>
    > >> }

    >
    > > Uhm... I think this is the right occasion to ask for opinions about
    > > this.

    >
    > > Here above I'm using a pointer without checking for it being null or
    > > not.

    >
    > > Actually, that wasn't a mistake, I really meant to write that.

    >
    > > But obviously, if a client passes a nullpointer to that function,
    > > the program crashes - in my view, the problem would be on the
    > > client's side, but I wonder what's your opinion and eventually the
    > > most widely used custom.

    >
    > > Three options:

    >
    > > -------
    > > // #1
    > > void foo(sometype* ptr) {
    > > /*
    > > dereference ptr without checking it for being null,
    > > blame the client for passing a nullpointer
    > > */
    > > }

    >
    > > // #2
    > > void foo(sometype* ptr) {
    > > if(ptr) {
    > > /*
    > > dereference ptr only if not null,
    > > forgive the client when passing a nullpointer
    > > */
    > > }
    > > }

    >
    > > // #3
    > > void foo(sometype& ref) {
    > > /*
    > > force the client to pass a non-const reference
    > > */
    > > }
    > > -------

    >
    > > Actually, I dislike both option #2 (buggy client calls won't be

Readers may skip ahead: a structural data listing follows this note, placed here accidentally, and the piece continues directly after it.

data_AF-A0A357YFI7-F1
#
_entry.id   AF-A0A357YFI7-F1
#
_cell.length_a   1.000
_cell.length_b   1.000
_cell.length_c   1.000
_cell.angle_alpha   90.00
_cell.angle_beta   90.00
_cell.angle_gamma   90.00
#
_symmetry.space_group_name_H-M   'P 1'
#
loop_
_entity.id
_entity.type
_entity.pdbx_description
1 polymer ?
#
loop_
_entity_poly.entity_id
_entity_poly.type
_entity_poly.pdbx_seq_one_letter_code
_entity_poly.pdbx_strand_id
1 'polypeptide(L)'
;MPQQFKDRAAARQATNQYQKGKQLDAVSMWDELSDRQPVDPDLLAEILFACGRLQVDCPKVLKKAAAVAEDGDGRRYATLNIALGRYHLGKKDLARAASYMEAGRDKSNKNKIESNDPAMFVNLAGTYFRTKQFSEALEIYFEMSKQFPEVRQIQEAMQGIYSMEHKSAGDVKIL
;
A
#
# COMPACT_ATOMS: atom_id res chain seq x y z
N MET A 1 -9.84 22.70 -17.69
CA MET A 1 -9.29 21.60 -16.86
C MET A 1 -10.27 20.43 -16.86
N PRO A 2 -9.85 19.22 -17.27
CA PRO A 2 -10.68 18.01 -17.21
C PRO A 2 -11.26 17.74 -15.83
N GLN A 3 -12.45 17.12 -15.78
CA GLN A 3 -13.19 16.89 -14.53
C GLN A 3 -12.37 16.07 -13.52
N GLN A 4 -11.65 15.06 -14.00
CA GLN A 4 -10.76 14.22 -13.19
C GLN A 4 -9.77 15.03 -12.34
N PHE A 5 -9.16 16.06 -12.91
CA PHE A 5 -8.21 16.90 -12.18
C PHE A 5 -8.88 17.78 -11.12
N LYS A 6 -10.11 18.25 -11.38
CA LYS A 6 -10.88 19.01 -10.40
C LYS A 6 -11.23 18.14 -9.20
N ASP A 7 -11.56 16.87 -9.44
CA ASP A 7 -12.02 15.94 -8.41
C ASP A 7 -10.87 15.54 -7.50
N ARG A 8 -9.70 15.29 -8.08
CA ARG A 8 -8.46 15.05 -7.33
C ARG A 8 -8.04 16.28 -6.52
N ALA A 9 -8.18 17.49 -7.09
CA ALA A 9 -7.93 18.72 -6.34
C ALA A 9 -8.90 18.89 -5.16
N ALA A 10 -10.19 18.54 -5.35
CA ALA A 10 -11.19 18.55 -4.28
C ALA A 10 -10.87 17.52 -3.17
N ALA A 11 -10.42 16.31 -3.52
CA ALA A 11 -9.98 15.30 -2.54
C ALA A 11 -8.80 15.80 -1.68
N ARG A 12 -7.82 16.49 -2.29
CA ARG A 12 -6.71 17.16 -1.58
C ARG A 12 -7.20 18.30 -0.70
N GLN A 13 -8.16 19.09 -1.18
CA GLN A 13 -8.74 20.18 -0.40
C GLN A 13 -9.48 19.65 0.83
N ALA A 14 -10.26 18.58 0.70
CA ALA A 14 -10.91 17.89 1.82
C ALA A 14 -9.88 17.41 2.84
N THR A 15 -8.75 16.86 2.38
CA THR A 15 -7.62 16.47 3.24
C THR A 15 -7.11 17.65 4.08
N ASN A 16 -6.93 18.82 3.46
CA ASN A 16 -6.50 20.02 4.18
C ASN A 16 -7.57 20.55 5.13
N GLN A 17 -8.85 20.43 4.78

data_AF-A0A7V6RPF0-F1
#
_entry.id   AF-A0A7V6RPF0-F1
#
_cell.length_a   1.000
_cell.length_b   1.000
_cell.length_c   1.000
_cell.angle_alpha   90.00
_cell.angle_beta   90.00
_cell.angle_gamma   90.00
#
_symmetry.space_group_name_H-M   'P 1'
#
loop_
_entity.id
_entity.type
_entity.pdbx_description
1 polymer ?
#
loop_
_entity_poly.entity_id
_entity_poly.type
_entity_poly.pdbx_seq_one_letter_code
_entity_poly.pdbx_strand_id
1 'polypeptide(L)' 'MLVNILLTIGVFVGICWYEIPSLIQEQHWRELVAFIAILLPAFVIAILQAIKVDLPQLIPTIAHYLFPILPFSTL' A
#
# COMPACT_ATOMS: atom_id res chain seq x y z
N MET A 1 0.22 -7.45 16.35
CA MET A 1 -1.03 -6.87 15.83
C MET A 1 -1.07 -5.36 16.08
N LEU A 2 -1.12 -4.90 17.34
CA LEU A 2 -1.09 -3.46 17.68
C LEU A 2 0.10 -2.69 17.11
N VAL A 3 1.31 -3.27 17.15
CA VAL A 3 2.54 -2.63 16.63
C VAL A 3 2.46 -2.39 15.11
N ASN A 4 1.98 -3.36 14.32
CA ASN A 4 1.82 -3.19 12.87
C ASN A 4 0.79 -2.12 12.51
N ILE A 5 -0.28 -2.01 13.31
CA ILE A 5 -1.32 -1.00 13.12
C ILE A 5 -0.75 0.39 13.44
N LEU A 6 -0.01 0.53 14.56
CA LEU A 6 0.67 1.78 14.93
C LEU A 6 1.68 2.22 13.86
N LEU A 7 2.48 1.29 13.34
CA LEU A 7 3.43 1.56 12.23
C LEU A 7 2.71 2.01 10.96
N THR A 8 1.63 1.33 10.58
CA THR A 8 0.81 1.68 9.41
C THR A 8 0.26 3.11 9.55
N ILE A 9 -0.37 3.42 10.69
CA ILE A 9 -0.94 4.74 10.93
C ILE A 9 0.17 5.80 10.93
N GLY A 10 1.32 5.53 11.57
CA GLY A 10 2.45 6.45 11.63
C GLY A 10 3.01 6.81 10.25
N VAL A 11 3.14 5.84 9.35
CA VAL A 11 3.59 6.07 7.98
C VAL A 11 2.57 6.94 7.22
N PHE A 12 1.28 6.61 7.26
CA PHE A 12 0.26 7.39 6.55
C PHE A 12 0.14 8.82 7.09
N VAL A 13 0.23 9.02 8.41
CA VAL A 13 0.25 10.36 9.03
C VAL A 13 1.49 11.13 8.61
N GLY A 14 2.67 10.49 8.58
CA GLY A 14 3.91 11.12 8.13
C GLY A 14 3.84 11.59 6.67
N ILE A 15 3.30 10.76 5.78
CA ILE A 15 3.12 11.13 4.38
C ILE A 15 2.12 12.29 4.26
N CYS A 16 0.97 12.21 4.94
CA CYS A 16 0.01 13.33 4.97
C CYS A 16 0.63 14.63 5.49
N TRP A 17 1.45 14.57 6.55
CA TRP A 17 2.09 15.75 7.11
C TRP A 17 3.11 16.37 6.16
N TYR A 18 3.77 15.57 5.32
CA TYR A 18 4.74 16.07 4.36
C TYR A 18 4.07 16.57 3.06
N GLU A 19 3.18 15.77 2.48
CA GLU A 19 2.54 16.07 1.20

> > punished) and #3 (client calls will not make it evident that foo can
    > > modify the passed object).

    >
    > In this case, option 3 solves the problem at compile time, which is an
    > advantage. The client must provide a reference.
    >
    > It also IS obvious that the function modifies its parameter, if you
    > just don't call it foo. The call
    >
    > remove_trailing_stuff_from(filename);
    >
    > seems like it could modify filename. :)


    Even if I fail to see the dereference of an eventual null pointer as a
    problem of my function - that's still a problem of the caller for me -
    I understand your point of view.

    I really like when program details are primarily conveyed by syntax -
    eventually also by naming convention, when appropriate.